Well, I think it’s time to head back home and light a few candles. Thank you so much for stopping by – I really, really appreciate your spending some time with me here. Apart from all of you, we’re expecting very few real-life visitors over the coming days and weeks. Only two, in fact. And we won’t be going anywhere either. We love seeing friends and family and spreading good cheer, but we’d hate to spread the virus, so we’re keeping ourselves to ourselves this year.

I’m taking a break from my blog for a while, to just sit and knit (and read, go for walks, eat some delicious things prepared by my other half, and watch The Lord of the Rings for the umpteenth time).

All the best for a safe and peaceful festive season and I hope to see you here again in the New Year!

The other episodes in this series:

Folding Paper Stars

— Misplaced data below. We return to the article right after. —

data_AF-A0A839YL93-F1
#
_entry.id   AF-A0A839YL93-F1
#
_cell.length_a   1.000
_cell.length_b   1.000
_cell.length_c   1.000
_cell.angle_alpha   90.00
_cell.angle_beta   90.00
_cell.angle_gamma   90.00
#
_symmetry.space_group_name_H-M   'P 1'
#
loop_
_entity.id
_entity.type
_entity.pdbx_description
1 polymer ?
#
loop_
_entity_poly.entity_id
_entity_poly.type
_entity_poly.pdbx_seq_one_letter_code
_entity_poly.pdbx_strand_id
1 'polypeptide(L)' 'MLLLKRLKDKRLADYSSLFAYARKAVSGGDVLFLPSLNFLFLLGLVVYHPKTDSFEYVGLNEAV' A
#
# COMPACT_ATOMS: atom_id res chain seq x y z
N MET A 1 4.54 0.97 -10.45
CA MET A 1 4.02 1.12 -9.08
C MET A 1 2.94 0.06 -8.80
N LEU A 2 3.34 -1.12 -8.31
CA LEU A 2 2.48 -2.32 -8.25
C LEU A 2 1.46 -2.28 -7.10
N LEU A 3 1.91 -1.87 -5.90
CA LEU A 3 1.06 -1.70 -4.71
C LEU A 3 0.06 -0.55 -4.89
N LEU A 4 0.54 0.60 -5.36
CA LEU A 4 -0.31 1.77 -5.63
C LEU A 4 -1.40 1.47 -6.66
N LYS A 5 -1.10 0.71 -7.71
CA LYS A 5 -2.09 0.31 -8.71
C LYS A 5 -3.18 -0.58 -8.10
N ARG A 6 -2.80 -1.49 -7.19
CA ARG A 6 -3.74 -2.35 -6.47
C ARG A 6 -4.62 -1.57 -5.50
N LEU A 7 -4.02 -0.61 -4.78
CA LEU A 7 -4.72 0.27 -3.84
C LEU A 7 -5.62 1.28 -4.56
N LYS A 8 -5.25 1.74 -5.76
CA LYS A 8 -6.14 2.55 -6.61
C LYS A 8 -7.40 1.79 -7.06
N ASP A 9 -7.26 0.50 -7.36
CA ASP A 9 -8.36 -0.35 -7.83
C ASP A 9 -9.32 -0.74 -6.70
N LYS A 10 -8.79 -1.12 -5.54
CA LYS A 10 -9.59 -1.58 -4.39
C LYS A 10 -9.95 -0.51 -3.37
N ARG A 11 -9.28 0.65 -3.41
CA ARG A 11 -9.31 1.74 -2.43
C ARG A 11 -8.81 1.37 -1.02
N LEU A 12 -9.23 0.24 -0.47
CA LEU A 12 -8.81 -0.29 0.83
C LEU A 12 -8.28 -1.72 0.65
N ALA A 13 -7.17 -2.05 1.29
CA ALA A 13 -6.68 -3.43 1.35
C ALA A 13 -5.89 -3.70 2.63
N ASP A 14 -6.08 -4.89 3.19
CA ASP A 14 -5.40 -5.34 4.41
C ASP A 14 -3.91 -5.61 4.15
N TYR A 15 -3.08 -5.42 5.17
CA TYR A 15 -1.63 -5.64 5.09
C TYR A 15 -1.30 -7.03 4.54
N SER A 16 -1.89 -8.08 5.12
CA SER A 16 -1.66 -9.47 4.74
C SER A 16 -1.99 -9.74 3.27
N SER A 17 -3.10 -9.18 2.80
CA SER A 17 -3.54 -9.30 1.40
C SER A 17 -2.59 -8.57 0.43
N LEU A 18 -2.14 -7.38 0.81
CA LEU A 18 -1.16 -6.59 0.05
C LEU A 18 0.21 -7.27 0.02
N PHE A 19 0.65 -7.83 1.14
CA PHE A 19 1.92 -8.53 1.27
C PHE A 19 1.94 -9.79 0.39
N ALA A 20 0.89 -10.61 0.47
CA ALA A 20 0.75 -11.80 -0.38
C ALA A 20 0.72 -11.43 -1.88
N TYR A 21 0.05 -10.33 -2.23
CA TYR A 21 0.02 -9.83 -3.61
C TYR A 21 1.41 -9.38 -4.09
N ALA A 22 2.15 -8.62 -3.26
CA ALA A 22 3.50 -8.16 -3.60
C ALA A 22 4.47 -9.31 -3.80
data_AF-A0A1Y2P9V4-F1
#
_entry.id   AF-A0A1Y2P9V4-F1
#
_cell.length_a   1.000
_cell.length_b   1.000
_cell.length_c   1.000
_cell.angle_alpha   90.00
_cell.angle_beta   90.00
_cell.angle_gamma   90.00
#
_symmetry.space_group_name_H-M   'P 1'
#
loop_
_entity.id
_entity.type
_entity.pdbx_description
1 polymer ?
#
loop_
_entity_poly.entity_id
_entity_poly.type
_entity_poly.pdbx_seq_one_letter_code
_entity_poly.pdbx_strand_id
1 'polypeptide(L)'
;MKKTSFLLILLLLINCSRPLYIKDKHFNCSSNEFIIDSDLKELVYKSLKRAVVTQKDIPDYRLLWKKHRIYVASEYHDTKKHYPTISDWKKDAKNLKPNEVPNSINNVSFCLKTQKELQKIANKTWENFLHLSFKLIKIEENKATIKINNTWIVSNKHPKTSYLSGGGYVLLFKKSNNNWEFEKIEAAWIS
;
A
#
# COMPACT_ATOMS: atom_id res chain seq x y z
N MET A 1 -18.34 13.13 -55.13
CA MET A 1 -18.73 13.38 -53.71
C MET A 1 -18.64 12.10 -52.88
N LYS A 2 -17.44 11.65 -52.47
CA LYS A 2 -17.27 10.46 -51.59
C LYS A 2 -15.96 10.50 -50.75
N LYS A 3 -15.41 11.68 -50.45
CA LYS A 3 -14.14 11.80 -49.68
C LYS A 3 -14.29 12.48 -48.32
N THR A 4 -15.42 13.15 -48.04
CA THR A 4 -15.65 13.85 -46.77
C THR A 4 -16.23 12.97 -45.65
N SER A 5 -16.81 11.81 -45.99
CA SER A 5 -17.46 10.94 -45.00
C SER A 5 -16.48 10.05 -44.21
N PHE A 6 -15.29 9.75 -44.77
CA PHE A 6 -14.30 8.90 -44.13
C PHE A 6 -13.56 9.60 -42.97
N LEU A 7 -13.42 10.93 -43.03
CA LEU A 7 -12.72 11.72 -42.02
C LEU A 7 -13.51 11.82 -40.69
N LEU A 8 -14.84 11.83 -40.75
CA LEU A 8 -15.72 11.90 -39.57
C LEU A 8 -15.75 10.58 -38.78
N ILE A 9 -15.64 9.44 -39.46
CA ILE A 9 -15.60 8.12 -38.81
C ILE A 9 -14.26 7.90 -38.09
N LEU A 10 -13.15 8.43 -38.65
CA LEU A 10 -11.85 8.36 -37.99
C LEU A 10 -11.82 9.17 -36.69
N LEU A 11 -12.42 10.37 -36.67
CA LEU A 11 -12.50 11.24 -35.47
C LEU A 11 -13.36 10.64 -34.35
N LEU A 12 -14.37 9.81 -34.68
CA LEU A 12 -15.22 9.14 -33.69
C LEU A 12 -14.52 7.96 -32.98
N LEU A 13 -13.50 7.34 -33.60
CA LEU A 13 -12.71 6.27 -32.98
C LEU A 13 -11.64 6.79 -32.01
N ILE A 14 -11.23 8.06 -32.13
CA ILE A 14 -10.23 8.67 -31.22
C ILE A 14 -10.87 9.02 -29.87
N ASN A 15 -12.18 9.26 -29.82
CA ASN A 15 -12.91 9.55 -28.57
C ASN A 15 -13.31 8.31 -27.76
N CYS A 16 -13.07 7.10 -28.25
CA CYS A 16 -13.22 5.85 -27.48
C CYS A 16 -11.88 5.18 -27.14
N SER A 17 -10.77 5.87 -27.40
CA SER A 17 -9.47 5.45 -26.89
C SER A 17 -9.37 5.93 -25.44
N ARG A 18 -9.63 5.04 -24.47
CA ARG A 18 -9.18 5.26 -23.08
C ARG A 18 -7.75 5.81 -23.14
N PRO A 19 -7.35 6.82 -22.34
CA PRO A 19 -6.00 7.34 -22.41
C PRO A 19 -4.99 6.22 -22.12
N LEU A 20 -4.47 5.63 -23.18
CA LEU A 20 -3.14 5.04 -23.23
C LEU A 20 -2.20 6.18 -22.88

Hello!

A long time ago a friend taught me to fold stars. Made from transparent paper, they showed lovely patterns when the light shone through them. Because this friend is going through a difficult time at the moment, I folded a small star and sent it to her tucked between a postcard with a personal message – a reminder of good times and a symbol of hope.

Then I folded some more to give away. Then I folded a few for our own kitchen window. And then I thought, ‘Why not share them with you here?’

What you’ll need:

  • Sharp paring knife
  • Clear glue
  • Transparent kite paper (available as larger sheets and as blocks of squares in a rainbow of colours)

Tissue paper can be used as well, but tears and fades more quickly. (For the tutorial steps below I used ordinary printer paper for the sake of clarity only.)

1) For each star, cut eight squares using the paring knife.

The paper in my block measured 16 x 16 cm (6.25 x 6.25”). For a large star I cut two sheets into four squares each (eight 8 x 8 cm squares in total). For a small star I cut half a sheet into eight 4 x 4 cm squares. The size does not really matter, as long as you end up with eight square pieces of paper. Start with a larger star – the smaller ones take a little practice.

2) Fold the paper in half diagonally, so that the points marked with asterisks in the example lie on top of each other. Then open again.

3) Next fold the asterisks toward the line in the middle, along the dashed lines:

You’ll end up with a shape like this: